Ring in 2014 with a New Subrogation World Order
by Ben K. DuBose and Thad D. Spalding
For 92 years, Texas law embraced the Made Whole Doctrine which provided that an insurer was not entitled to be repaid until the injured plaintiff was made whole by recovering at least the full amount of their loss. The doctrine was grounded in principles of equity. If a loss had to go unrecovered, Texas courts routinely held, it was better borne by the insurer.
After nearly a century, however, the Texas Supreme Court in 2007 effectively ended the Made Whole Doctrine in Fortis Benefits v. Cantu. The Fortis court held that the Made Whole Doctrine does not apply where an insurance policy itself provides for a clear and specific right of subrogation. Viewing health insurance policies as negotiated contracts, the court found that contract-based subrogation rights could not be invalidated by equitable considerations.
In the wake of Fortis, Texas plaintiffs frequently faced the prospect of a personal injury recovery being swallowed up by an insurance carrier’s contractual subrogation interest. This made resolution of both the underlying tort claims, as well as subrogation claims difficult for all parties, particularly where the party responsible for an injury was financially unable to make the plaintiff whole.
So, this year, citing concerns over “very aggressive” carriers recovering benefits paid “without contributing to the injured parties legal fees or expenses,” and inequities arising from responsible parties without “adequate assets or insurance to make the injured party whole,” the Texas Legislature passed HB 1869 to address the issues created by Fortis. HB 1869 creates Chapter 140 of the Civil Practice and Remedies Code, which expressly limits contractual subrogation rights and in the process attempts to balance the carrier’s right to reimbursement with the injured party’s recovery, while also making the carrier contribute to the fees and costs incurred in obtaining that recovery.
The most prominent part of the new law is that which defines the carrier’s right to recovery as the lesser of: (1) half of the injured party’s “gross recovery;” or (2) the “total cost of benefits paid, provided, or assumed by the” carrier. If the injured party is represented by counsel, then “procurement costs” and attorney’s fees must also be deducted from the carrier’s recovery.
“Procurement costs” are not defined, but should be construed rather broadly; certainly, more inclusive that just “court costs” or “litigation expenses.” The statute elsewhere seems to agree with this interpretation, requiring that the carrier pay its “pro rata share of expenses incurred in connection with the recovery.”
“Attorney’s fees” are more specifically addressed. If the carrier is not “actively represented” by counsel, the carrier must pay a fee to the injured party’s attorney as set out in a fee agreement with the injured party’s counsel. If no fee agreement, then the carrier must still pay “a reasonable fee … not to exceed one-third of the payor’s recovery.”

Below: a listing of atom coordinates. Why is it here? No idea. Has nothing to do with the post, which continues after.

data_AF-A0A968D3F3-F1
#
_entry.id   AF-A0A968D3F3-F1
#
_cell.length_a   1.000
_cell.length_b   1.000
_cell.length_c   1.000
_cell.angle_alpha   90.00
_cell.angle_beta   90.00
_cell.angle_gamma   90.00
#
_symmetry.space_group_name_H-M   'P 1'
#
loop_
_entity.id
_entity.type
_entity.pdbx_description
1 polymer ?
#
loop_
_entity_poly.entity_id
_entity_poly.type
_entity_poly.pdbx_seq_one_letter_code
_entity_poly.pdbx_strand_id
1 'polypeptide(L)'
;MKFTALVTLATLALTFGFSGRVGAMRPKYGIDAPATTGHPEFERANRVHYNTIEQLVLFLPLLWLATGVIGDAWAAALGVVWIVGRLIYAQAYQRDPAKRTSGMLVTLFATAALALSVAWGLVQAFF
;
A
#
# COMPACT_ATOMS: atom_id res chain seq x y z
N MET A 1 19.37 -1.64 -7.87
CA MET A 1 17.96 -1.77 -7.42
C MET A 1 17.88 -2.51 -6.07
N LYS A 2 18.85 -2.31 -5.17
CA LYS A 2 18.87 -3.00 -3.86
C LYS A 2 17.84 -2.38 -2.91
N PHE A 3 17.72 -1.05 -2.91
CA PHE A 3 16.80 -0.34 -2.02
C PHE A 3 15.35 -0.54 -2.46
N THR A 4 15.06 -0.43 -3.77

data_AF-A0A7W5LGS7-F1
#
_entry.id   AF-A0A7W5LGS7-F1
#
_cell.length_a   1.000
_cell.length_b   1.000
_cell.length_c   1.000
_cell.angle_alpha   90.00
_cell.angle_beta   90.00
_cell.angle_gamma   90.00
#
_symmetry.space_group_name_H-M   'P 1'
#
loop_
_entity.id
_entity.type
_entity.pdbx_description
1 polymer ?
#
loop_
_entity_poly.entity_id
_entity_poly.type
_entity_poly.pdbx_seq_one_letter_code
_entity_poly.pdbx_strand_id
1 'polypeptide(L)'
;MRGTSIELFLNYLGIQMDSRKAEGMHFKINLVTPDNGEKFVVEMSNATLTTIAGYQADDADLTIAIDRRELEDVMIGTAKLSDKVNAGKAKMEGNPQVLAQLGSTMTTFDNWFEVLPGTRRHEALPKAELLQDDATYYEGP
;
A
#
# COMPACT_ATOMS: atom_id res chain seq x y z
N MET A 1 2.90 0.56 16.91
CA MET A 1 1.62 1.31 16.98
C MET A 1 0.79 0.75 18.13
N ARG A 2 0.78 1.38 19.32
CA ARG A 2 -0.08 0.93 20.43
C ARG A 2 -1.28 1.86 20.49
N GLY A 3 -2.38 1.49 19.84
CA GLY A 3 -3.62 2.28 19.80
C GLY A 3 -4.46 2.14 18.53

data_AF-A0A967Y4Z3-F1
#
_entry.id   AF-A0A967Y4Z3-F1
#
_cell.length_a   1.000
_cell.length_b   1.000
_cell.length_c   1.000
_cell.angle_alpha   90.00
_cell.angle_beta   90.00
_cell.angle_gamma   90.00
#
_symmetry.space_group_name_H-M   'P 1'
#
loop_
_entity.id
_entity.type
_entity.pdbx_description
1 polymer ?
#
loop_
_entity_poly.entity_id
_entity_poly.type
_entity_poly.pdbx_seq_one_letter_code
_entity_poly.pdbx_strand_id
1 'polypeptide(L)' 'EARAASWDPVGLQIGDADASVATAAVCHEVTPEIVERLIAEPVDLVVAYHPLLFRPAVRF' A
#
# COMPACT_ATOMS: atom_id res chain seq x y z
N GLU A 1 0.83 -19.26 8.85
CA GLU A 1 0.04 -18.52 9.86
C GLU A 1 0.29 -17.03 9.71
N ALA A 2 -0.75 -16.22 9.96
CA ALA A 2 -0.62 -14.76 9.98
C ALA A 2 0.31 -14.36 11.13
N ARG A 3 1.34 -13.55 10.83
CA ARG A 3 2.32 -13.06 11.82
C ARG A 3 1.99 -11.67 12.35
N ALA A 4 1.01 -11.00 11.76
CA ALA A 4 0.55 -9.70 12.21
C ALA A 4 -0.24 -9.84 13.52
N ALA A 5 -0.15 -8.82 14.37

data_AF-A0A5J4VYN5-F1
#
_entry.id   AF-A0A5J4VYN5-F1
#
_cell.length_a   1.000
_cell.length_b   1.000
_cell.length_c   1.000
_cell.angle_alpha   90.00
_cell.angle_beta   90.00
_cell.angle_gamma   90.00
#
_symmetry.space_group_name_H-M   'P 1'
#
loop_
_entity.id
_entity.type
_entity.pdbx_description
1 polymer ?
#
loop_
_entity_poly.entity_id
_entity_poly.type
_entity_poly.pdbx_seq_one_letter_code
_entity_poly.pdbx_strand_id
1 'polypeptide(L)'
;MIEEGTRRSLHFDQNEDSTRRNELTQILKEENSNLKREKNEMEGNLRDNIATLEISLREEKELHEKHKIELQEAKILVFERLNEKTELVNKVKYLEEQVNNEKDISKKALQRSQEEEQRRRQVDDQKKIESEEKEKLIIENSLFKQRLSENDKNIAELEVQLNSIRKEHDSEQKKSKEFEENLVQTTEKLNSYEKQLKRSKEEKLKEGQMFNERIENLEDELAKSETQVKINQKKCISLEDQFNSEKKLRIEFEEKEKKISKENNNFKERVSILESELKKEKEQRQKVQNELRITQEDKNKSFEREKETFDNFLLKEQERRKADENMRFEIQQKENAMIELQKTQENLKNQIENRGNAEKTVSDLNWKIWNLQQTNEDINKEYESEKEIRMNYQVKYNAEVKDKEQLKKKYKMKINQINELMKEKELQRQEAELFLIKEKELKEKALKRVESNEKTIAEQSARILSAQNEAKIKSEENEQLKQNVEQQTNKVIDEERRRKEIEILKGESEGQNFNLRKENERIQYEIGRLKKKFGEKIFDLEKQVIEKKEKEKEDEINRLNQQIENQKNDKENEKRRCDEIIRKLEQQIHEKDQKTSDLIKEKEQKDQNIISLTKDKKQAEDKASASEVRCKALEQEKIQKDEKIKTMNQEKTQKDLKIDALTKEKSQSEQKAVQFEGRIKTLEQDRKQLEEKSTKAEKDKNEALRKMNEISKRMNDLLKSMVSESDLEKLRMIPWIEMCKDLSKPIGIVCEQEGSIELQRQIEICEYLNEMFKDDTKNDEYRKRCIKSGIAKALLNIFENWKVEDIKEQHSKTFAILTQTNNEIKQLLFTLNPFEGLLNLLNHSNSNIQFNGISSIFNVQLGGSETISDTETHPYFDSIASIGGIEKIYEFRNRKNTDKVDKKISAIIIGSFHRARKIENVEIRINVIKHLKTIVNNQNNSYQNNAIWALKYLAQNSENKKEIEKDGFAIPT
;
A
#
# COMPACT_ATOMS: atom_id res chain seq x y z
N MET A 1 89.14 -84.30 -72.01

Interestingly, the statute seems to encourage a fee agreement between the carrier and the injury party’s attorney. Absent an agreement, the statute only requires that the court award “a reasonable fee,” but in no event one that exceeds one-third of the recovery. In other words, the statute sets an upper limit on the fee to be paid, but no minimum. The “reasonable fee” could therefore be one-third, or it could be less. But, if set by agreement, this fee uncertainty may be avoided.
A fee agreement may also be helpful in the event the carrier has its own counsel. If the carrier is “actively represented” by counsel, then the fee payable out of the carrier’s recovery is to be apportioned between the carrier’s and injured party’s counsel. The court is charged by statute to apportion fees, and—in doing so—is directed simply to consider “the benefit accruing to the payor as a result of each attorney’s service.” A fee agreement that defines, ahead of time and contractually, how the fee is to be apportioned could avoid any need for a court to apportion fees upon recovery.
A few other provisions of the new statute are also worth noting. First, if a declaratory judgment is brought, presumably to determine the amounts a party is entitled to recover under the statute, a court cannot award costs or attorney’s fees to any party. Also, the statute is expressly not applicable to workers’ compensation, Medicare, Medicaid, state child health plans, and ERISA plans. And, finally, the new statute will apply only “to a contractual right of subrogation in a cause of action that accrues on or after” January 1, 2014. Happy New Year!
Ben K. DuBose is an attorney at DuBose Law Firm, PLLC and can be reached at email@example.com. Thad D. Spalding is an attorney at Kelly, Durham & Pittard, LLP and can be reached at firstname.lastname@example.org.